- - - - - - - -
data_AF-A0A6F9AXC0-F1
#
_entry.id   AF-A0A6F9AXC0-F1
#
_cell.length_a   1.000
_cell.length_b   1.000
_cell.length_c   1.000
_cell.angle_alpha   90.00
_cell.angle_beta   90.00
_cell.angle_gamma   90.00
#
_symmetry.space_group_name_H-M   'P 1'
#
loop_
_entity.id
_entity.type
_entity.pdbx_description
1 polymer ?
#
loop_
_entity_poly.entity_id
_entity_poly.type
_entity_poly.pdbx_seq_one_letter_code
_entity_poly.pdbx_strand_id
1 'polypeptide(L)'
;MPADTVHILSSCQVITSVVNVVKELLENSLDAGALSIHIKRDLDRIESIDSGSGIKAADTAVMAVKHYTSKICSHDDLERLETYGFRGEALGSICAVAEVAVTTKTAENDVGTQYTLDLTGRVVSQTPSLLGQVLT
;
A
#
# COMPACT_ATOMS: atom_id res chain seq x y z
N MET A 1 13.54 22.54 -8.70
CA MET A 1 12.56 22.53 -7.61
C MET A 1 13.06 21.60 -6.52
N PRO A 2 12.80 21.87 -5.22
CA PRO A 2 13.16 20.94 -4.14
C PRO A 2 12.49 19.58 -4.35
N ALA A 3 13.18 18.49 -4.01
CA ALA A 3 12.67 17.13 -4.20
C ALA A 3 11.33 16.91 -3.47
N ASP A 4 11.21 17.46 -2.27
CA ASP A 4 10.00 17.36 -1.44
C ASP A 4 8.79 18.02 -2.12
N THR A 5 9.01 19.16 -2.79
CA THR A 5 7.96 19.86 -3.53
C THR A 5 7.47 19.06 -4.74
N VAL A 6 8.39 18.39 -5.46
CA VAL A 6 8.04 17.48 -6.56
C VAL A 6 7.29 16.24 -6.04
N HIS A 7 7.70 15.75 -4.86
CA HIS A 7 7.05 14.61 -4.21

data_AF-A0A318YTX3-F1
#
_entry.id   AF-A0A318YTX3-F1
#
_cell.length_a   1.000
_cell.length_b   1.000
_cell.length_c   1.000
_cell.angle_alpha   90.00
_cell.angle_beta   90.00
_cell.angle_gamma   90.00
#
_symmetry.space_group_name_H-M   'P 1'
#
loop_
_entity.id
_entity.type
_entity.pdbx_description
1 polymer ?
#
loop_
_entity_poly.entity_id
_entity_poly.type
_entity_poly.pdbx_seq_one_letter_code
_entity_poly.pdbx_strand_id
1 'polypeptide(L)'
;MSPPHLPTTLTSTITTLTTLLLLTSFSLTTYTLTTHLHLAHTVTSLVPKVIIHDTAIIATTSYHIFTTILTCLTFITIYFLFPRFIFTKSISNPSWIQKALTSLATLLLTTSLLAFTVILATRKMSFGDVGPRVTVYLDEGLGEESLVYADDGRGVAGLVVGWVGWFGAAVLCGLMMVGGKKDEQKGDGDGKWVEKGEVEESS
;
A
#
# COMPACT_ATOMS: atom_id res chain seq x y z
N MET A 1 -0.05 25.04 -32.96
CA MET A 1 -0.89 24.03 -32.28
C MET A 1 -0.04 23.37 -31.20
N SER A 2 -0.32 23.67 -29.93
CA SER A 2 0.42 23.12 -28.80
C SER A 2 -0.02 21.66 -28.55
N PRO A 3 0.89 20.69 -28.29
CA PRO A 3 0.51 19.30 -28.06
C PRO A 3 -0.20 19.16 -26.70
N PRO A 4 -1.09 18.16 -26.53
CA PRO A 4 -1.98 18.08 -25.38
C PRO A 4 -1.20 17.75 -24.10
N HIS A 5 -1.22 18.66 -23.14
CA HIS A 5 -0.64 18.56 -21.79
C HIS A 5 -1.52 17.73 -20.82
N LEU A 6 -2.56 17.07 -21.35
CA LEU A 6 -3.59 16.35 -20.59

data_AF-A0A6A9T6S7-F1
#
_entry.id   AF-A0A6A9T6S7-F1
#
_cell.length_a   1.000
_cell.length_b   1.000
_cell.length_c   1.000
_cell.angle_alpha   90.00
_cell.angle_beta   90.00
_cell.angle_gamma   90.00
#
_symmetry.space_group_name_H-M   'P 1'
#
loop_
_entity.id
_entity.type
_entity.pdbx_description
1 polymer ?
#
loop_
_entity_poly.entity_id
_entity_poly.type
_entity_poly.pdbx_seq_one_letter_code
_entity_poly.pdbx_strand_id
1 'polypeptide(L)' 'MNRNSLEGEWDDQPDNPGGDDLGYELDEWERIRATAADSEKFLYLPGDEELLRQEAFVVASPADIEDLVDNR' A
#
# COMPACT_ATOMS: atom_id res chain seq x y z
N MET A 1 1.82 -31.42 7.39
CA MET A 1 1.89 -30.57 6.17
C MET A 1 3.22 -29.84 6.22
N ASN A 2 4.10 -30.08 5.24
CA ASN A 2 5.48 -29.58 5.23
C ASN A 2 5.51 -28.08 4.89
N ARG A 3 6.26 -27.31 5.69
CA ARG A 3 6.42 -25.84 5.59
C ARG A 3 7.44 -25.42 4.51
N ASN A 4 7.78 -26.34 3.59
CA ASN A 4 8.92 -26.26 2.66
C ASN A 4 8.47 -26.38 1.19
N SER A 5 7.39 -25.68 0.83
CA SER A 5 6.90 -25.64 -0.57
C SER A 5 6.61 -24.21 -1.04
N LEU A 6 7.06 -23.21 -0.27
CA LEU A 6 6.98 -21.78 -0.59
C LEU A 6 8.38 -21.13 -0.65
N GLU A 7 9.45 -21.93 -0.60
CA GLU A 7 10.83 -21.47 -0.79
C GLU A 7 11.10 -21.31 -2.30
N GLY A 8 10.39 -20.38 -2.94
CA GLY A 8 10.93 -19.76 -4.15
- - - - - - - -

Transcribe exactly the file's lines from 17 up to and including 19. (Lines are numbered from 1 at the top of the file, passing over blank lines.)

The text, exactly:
_entity.pdbx_description
1 polymer ?
#